In California, the Equal Employment Opportunity Commission (EEOC) announced a lawsuit Feb. 13 against Maurizio’s Trattoria Italiana LLC, a San Diego restaurant, for allegations of firing a female employee because of her pregnancy. The EEOC Charges in their lawsuit that Maurizio’s Trattoria Italiana, LLC, a fine-dining Italian restaurant in Encinitas near San Diego, violated federal law when it discriminated and fired a female employee after learning of her pregnancy. According to the EEOC’s lawsuit, an employee who worked at Maurizio’s Trattoria Italiana notified the owner of her pregnancy. The EEOC contends that the restaurant subsequently discriminated against her by scheduling her to work fewer hours, resulting in much less pay, refusing to return her to her server position after she gave birth, and finally firing her. The EEOC also alleges Maurizio’s failed to return the employee to the work schedule after she gave birth and eventually fired her. Alleged conduct of this nature violates Title VII of the 1964 Civil Rights Act.

“Women should not have to choose between their job or having children, said Christopher Green, director of the EEOC‘s San Diego local office, in a statement. “Employers need to be aware the EEOC takes pregnancy discrimination seriously and will continue to protect the rights of pregnant employees.”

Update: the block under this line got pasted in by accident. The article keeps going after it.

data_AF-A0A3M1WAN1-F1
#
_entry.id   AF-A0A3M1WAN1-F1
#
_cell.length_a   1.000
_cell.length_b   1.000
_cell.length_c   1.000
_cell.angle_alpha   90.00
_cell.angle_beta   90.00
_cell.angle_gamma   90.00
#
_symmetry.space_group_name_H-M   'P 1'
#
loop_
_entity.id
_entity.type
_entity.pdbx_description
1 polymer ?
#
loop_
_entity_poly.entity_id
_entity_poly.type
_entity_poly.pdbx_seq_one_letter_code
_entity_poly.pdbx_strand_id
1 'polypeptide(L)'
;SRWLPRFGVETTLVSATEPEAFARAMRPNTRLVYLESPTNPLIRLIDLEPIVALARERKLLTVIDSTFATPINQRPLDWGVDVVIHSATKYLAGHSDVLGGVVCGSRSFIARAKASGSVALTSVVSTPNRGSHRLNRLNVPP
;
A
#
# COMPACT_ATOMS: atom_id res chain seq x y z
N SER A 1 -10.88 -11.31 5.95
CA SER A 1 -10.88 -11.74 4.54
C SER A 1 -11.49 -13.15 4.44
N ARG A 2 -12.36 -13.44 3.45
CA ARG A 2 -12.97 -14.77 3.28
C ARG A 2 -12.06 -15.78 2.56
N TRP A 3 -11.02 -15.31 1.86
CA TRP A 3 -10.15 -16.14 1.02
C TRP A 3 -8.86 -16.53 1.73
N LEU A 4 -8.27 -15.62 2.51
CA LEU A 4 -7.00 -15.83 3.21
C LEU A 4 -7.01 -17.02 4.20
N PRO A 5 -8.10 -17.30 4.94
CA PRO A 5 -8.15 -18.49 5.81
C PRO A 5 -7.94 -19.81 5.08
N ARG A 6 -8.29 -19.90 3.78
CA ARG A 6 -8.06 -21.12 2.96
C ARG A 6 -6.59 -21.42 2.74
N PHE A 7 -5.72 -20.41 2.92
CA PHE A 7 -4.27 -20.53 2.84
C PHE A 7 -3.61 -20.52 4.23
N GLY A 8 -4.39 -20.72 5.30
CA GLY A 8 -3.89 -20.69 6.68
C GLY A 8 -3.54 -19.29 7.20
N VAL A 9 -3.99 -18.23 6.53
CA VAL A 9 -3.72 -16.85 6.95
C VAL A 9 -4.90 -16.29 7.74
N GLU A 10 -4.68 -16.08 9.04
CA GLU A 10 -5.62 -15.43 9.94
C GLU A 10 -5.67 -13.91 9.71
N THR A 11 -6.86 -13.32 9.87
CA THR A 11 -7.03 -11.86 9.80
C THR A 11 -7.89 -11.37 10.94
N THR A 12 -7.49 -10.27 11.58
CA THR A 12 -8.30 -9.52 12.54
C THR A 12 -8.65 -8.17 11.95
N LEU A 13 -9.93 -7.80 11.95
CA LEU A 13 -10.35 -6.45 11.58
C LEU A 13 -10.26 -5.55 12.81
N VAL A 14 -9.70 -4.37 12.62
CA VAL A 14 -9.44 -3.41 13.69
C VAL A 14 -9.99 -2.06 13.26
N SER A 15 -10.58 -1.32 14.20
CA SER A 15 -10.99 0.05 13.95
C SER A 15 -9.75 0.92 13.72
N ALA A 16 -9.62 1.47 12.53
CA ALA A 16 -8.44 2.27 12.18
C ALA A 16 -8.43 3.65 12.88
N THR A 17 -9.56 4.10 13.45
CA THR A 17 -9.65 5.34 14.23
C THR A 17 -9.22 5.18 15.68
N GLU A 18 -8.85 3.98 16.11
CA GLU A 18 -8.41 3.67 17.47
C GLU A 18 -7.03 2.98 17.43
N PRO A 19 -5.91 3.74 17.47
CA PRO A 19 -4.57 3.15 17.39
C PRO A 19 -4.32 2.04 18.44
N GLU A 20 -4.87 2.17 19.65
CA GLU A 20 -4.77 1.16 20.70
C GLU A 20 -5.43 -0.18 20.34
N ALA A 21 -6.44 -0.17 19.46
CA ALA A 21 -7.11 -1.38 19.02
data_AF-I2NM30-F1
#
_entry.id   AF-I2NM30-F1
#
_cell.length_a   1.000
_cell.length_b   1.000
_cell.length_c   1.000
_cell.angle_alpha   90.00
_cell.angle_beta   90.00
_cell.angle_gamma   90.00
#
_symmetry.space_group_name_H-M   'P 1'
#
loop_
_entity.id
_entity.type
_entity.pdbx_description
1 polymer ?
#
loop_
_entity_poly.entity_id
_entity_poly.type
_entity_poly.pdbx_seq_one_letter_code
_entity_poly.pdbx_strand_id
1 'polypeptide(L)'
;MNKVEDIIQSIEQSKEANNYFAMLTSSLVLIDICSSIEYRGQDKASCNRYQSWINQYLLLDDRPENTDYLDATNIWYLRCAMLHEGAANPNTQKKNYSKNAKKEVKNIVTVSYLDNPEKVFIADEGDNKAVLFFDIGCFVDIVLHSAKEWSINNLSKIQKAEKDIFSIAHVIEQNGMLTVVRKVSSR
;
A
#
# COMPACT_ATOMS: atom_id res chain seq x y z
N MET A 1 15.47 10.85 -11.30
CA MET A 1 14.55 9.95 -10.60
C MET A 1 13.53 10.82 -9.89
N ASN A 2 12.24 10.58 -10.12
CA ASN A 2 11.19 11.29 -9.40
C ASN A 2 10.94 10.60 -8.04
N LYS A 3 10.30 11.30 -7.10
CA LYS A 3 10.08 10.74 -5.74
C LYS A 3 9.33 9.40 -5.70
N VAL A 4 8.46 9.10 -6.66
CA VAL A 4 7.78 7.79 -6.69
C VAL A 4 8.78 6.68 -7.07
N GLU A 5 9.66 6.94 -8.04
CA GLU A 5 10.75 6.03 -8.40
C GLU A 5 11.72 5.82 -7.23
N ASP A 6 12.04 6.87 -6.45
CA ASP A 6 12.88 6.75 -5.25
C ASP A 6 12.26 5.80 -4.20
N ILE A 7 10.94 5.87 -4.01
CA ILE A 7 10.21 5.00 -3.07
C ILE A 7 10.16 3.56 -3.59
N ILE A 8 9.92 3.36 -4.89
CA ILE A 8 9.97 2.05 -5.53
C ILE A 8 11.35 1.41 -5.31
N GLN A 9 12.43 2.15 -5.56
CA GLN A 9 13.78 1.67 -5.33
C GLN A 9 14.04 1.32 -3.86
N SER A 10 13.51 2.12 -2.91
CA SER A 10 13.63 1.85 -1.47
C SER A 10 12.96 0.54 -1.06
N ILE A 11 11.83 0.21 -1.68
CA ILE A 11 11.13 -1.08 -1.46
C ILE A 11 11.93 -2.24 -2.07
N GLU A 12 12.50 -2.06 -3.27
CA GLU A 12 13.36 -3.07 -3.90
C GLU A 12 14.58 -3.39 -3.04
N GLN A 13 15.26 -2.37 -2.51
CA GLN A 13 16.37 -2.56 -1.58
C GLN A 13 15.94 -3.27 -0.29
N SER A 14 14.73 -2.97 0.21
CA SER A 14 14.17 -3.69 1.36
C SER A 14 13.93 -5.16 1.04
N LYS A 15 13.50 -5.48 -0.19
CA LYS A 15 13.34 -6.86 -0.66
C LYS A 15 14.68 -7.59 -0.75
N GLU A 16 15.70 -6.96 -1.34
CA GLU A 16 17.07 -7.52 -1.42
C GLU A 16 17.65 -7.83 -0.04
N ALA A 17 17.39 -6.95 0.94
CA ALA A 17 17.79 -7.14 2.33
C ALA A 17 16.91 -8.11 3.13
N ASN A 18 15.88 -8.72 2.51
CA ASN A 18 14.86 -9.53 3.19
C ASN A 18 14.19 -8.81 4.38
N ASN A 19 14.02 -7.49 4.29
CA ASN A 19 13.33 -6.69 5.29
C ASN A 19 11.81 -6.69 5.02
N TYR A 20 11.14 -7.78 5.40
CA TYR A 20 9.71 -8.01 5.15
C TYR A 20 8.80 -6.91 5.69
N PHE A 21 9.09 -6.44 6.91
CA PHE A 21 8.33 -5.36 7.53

The EEOC filed suit in U.S. District Court for the Southern District of California (EEOC v. Maurizio Trattoria Italiana, LLC, Case No. 3:18-cv-00338-MMA-BLM) after first attempting to reach a pre-litigation settlement through its conciliation process. The EEOC’s suit seeks back pay, compensatory and punitive damages for the female employee, as well as injunctive relief intended to prevent further discrimination in the business.

“Pregnancy discrimination remains an ongoing problem in our nation’s workplaces,” said Anna Park, regional attorney for the EEOC’s Los Angeles District, whose jurisdiction includes San Diego County. “Employers are encouraged to evaluate their obligations under Title VII relating to employees who are pregnant.”

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Whether you are entering the job market for the first time or were recently terminated, it is important to understand your rights as a worker. Both federal and state governments have enacted a wide range of employment laws protecting employees from discriminatory treatment, unfair labor practices, unsafe work conditions, and more. This section provides in-depth resources on all phases of the employment process — from the interview and hiring stage to promotion and termination. In addition, you’ll find information about privacy in the workplace, wage and hour laws, workplace safety and family leave policies.

Working environments can be chaotic and complex. The law offices of Jones Brown wants to make sure you are aware of your rights as an employee or employer. If you feel you have been wrongfully treated at work or on a job, our experienced attorneys know exactly what to do.

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